Compound A was identified through 1H-NMR and FAB-MS. Compounds B, C, and 3 described below were also identified by 1H-NMR and FAB-MS. Compound D was identified by 1H-NMR and LC-MS. In the 1H-NMR measurement, CDCl3 was used as a solvent.

Chemical shift values of compound A measured by 1H-NMR were 8.22 (d, 1H), 8.11-8.14 (m, 2H), 7.82 (d, 1H), 7.64 to 7.68 (m, 2H), and 7.47 to 7.52 (m, 6H). The molecular weight of compound A measured by FAB-MS was 277.

Synthesis of Compound B

3.80 g of compound A and 9.02 g of triphenylphosphine (PPh3) were added in a 50 mL two-necked flask under an argon atmosphere, and the mixture was stirred at 80° C. for 8 hours in 30 mL of an o-dichlorobenzene solvent. The mixture was cooled in air, an organic layer was separated by adding water, and the solvent was removed by distillation. The obtained crude product was purified by silica gel column chromatography (a mixed solvent of dichloromethane and hexane), and was then recrystallized by a mixed solvent of dichloromethane and ethanol to obtain 2.72 g of yellow solid compound B (yield: 81%).

Chemical shift values of compound B measured by 1H-NMR were 9.39 (s, 1H), 8.44 (d, 1H), 8.38 (d, 1H), 8.14 (d, 1H), 7.97 (d, 1H), 7.69 to 7.71 (m, 4H), and 7.44 (d, 2H). The molecular weight of compound B measured by FAB-MS was 245.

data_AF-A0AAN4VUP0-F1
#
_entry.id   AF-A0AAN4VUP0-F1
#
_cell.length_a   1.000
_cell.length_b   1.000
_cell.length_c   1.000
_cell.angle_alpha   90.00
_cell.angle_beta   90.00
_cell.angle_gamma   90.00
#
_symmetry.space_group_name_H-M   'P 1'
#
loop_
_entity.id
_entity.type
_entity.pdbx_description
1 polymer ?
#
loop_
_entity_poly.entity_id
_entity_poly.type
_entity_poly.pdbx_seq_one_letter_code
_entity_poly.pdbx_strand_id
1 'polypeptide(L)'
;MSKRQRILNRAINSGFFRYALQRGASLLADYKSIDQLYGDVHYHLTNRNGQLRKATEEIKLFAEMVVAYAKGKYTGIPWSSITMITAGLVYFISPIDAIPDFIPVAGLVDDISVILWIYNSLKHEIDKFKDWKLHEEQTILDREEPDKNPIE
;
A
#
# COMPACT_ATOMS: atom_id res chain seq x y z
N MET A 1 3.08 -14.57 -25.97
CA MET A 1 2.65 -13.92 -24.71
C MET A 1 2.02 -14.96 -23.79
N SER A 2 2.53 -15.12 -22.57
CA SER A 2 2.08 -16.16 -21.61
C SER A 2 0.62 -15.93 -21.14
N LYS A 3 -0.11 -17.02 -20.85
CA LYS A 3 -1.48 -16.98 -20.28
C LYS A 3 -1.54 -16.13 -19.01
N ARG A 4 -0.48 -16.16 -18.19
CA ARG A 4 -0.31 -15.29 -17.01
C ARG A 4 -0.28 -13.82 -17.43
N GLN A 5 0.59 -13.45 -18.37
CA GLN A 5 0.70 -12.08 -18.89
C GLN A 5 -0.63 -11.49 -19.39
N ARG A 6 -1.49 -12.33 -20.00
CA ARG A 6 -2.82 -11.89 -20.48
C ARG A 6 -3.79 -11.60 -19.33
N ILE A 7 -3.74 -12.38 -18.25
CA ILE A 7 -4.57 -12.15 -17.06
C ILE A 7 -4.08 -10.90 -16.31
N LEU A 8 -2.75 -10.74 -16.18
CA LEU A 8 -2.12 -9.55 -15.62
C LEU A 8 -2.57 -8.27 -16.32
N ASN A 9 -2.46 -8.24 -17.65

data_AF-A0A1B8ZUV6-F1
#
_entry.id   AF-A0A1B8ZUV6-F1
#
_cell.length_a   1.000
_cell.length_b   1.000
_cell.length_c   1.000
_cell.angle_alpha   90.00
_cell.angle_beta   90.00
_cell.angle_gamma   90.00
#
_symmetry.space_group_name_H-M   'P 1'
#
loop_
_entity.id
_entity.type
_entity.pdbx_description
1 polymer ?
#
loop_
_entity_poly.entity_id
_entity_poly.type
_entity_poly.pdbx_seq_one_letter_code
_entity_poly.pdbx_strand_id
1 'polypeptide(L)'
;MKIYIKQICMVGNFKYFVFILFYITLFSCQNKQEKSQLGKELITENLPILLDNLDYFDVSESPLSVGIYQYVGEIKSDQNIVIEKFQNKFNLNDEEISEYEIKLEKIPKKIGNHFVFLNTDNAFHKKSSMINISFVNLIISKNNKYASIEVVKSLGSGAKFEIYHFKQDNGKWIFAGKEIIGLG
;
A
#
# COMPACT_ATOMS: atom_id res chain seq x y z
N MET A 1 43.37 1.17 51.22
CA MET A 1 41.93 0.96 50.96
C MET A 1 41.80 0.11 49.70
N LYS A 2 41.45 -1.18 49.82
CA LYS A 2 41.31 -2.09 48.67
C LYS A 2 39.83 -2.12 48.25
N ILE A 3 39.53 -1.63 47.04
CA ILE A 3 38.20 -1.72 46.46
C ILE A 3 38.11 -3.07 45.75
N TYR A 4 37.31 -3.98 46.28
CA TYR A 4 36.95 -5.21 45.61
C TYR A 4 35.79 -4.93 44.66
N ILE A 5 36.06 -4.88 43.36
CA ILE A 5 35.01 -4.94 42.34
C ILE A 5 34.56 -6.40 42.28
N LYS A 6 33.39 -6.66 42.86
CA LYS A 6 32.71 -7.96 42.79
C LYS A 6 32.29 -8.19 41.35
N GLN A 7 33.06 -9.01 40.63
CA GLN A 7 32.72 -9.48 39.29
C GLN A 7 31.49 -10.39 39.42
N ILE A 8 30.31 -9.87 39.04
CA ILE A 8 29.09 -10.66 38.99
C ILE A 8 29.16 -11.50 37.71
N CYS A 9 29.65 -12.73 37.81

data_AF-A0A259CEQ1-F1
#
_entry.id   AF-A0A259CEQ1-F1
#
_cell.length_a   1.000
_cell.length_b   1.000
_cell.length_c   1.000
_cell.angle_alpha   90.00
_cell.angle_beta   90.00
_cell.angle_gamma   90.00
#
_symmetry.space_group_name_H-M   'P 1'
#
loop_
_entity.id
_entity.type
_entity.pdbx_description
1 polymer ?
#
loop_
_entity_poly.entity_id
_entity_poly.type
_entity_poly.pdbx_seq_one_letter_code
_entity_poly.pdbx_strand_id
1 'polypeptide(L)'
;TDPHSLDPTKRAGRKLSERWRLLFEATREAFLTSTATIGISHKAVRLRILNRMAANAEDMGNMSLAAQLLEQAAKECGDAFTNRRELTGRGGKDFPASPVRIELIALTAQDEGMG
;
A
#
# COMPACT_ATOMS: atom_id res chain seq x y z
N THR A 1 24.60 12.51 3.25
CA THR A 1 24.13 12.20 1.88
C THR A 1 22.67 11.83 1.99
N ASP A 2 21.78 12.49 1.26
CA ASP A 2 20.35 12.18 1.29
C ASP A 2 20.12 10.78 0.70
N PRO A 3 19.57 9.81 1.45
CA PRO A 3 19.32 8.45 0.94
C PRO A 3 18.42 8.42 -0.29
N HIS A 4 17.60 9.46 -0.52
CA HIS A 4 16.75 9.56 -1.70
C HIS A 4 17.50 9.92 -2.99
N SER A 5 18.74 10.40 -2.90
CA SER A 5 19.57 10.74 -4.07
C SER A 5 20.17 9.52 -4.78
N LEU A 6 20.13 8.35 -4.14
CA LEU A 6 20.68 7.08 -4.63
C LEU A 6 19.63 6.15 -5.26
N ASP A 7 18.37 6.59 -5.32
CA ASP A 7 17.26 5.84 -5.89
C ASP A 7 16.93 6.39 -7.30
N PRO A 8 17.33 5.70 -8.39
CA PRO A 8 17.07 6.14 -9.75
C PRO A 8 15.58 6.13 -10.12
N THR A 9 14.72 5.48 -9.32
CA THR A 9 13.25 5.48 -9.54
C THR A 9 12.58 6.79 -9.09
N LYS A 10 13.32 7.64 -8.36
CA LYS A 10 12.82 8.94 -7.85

Synthesis of Compound C

2.80 g of compound B, 1.59 mL of bromobenzene, 22.8 mg of palladium (II) acetate (Pd(OAc)2), 30.5 mg of tri-tert-butylphosphine ((t-Bu)3P), and 4.20 g of potassium carbonate (K2CO3) were added in a 50 mL two-necked flask under an argon atmosphere. The mixture was stirred at 80° C. for 8 hours in 30 mL of an o-dichlorobenzene solvent, and the mixture was heated and stirred at 120° C. for 12 hours in 30 mL of a xylene solvent. The mixture was cooled in air, an organic layer was separated by adding water, and the solvent was removed by distillation. The obtained crude product was purified by silica gel column chromatography (a mixed solvent of chloroform and hexane), and was then recrystallized by a mixed solvent of dichloromethane and hexane to obtain 2.31 g of yellow solid compound C (yield: 71%).